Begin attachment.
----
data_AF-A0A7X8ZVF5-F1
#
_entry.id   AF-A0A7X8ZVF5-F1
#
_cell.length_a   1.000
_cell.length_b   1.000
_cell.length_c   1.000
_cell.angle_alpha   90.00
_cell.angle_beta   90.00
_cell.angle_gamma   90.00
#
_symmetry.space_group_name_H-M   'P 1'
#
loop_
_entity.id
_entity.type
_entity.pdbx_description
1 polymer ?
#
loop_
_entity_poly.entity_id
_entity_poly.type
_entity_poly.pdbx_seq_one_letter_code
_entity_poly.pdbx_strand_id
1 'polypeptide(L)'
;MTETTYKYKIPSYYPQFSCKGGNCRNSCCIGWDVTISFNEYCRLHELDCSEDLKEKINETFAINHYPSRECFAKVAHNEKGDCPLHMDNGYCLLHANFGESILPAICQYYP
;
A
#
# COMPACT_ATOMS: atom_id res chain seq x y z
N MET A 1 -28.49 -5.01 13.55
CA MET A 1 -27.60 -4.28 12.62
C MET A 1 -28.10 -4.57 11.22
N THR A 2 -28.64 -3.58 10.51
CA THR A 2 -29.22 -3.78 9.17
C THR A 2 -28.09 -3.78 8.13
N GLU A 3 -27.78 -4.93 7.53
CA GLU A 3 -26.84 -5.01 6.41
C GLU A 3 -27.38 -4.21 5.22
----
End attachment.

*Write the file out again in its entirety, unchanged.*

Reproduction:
data_AF-A0A7X8ZVF5-F1
#
_entry.id   AF-A0A7X8ZVF5-F1
#
_cell.length_a   1.000
_cell.length_b   1.000
_cell.length_c   1.000
_cell.angle_alpha   90.00
_cell.angle_beta   90.00
_cell.angle_gamma   90.00
#
_symmetry.space_group_name_H-M   'P 1'
#
loop_
_entity.id
_entity.type
_entity.pdbx_description
1 polymer ?
#
loop_
_entity_poly.entity_id
_entity_poly.type
_entity_poly.pdbx_seq_one_letter_code
_entity_poly.pdbx_strand_id
1 'polypeptide(L)'
;MTETTYKYKIPSYYPQFSCKGGNCRNSCCIGWDVTISFNEYCRLHELDCSEDLKEKINETFAINHYPSRECFAKVAHNEKGDCPLHMDNGYCLLHANFGESILPAICQYYP
;
A
#
# COMPACT_ATOMS: atom_id res chain seq x y z
N MET A 1 -28.49 -5.01 13.55
CA MET A 1 -27.60 -4.28 12.62
C MET A 1 -28.10 -4.57 11.22
N THR A 2 -28.64 -3.58 10.51
CA THR A 2 -29.22 -3.78 9.17
C THR A 2 -28.09 -3.78 8.13
N GLU A 3 -27.78 -4.93 7.53
CA GLU A 3 -26.84 -5.01 6.41
C GLU A 3 -27.38 -4.21 5.22